Wednesday, December 8, 2010

Bush...errrr....Obama Tax Cuts: Whats New and How Will They Affect You?

While you will be hard-pressed to find anyone who agrees entirely with the extension and additions to the Bush-Era Tax Cuts (or Middle Class Tax Cuts as the White House has been calling them), it looks like we finally have some certainty moving into 2011. Will we see a decrease in unemployment and significant economic growth as a result of the cuts? That is to be determined.

President Obama held a press conference yesterday to address the extension of the tax cuts:

So now that it is almost certain that the tax cuts are coming back, what will that actually mean for taxpayers? We have included a list below highlighting the major additions coming out:

1. Welcome Back Estate Tax
The Estate Tax is back, following its one-year vacation. While heirs around the country feared that the estate tax could return to affect estates exceeding $1 million with rates of 55%, a very different, and somewhat unexpected, situation has arisen. It now appears that the exemption will increase to $5 million, with a mere 35% tax placed on estates in excess of the exemption.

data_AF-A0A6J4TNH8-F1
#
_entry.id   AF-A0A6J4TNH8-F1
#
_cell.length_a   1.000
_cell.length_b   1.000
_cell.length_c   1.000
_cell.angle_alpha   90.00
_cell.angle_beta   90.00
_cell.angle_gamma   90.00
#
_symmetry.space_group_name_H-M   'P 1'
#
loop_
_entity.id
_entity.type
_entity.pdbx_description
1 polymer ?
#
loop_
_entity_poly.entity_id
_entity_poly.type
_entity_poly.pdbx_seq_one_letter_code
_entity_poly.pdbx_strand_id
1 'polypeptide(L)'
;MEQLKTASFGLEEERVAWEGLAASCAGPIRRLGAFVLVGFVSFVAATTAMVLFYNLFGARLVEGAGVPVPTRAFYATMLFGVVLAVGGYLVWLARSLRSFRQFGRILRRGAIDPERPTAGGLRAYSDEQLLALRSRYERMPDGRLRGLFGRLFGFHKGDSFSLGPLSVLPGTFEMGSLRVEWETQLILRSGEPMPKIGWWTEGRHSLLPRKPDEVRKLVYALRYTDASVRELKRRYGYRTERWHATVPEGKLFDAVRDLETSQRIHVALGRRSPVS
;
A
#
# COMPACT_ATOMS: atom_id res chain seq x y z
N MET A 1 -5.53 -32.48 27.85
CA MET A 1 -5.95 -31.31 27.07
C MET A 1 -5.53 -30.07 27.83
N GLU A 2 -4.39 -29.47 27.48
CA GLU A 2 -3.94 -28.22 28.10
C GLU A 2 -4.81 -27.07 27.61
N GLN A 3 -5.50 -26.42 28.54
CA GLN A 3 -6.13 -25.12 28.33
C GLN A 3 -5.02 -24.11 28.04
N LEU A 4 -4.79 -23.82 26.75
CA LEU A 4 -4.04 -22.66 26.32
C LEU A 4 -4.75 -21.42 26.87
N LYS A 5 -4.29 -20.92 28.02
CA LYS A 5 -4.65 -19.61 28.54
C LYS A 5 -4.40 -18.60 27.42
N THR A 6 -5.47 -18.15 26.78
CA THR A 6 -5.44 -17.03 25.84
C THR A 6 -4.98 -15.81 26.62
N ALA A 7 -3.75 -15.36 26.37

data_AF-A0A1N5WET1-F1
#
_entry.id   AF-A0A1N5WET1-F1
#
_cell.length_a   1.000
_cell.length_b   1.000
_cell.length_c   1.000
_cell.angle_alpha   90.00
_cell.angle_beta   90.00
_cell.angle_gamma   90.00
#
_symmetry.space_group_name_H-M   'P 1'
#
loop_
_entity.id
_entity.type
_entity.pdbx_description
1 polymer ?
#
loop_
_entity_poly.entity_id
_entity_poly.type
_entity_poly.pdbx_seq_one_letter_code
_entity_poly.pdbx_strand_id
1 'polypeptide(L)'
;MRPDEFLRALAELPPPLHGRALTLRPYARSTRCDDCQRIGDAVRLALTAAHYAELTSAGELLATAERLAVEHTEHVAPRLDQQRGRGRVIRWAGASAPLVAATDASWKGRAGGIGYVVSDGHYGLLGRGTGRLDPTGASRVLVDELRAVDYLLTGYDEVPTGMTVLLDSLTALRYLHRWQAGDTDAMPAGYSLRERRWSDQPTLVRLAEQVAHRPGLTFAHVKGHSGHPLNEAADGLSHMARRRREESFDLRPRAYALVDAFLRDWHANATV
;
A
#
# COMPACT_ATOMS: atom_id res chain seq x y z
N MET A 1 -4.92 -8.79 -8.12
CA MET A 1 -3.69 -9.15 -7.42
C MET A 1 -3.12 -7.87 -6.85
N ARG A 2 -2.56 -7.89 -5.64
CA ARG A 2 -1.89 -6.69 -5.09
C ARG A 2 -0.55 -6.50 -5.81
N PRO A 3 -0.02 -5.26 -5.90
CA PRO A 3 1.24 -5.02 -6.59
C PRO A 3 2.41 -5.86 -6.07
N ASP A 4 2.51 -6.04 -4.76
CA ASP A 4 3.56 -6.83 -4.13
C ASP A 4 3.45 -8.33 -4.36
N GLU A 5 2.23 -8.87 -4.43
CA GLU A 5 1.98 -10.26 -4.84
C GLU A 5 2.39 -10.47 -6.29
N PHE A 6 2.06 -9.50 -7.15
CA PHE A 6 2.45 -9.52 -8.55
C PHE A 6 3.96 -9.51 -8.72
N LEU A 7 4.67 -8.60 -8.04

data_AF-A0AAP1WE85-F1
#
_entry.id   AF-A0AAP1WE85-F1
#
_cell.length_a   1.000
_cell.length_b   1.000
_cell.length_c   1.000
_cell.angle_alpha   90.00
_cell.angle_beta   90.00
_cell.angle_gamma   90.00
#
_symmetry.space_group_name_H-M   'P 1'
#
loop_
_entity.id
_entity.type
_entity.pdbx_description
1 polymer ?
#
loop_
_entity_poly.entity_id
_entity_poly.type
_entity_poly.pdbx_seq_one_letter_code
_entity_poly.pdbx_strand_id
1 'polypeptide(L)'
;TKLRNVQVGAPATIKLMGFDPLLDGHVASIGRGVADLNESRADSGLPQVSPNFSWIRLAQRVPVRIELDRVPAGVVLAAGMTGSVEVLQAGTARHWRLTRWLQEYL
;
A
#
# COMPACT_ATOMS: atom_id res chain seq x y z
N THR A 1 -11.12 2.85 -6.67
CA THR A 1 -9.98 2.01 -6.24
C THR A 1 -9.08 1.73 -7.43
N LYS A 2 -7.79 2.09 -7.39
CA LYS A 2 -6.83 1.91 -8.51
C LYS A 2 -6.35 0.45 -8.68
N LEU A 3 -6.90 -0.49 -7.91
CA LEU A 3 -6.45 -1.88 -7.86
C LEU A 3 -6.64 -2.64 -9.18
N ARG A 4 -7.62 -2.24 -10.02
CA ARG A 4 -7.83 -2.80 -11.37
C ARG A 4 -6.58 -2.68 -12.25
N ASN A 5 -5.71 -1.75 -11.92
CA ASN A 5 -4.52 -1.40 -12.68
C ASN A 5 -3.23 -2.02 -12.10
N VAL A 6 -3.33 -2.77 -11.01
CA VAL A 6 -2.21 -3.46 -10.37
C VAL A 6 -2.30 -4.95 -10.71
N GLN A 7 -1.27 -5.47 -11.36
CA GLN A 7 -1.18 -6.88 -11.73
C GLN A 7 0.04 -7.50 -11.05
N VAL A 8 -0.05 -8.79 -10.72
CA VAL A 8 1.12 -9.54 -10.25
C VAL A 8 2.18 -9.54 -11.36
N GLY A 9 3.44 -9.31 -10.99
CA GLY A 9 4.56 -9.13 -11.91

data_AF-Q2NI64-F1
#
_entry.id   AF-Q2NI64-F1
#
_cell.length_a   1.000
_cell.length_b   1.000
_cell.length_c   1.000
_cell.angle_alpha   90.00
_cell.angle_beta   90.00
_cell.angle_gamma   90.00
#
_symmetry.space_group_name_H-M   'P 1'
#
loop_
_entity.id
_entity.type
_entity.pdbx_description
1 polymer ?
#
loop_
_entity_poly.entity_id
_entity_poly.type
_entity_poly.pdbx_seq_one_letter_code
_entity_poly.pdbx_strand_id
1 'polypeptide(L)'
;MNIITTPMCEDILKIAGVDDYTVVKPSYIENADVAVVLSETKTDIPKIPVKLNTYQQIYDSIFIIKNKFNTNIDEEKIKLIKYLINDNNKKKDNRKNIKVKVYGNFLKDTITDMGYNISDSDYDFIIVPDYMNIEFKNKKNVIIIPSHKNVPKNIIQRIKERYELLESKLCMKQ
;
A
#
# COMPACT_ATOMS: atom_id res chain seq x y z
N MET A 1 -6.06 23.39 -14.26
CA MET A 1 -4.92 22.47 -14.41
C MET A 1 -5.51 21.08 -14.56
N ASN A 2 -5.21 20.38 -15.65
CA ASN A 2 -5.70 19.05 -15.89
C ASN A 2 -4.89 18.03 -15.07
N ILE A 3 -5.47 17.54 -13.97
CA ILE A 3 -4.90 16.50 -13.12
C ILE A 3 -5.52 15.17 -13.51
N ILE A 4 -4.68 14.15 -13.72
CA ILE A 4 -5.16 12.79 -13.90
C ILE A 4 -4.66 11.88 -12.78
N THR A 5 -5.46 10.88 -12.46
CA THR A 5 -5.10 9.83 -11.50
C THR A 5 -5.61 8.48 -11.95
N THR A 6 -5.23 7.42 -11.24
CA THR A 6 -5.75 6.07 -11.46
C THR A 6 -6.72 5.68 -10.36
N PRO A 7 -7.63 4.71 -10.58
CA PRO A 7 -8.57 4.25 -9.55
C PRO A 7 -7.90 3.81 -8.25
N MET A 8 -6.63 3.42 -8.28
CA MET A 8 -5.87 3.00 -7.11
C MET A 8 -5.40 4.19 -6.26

2. The Payroll Tax Holiday
The employee portion of social security taxes is set to decrease by around 30% for the next year (from 6.2% to 4.2%). Working individuals should expect significant savings on their payroll taxes, capping out at around $2,136 (2% of $106,800, the income limit for social security deductions). This could be very significant, especially in comparison to the $400 per person Making Work Pay Credit from'09 and '10, and the Stimulus Credit of $600 per person from '08 (although the latter was also awarded for children and non-working spouses).

3. Earned Income Tax Credit (EITC) Expansion
The EITC has been expanded to provide, on average, $600 in additional assistance to families with 3 or more children. The expansion is set to last for the next two years.

Aside from whats new, many items have been extended as is. Theses include:
  • The Child Tax Credit: Currently set to remain at a maximum of $1,000 per child.
  • American Opportunity Tax Credit: Students should still be able to receive a maximum of $2,500 for their tuition, fees, books and supplies as long as the expenses were incurred during the first four years of post-secondary school.
  • The Child Tax Credit: Currently set to remain at a maximum of $1,000 per child.
  • Capital Gains: Capital gain rates should remain consistent with 2010. That means long-term rates will likely max out at 15%.

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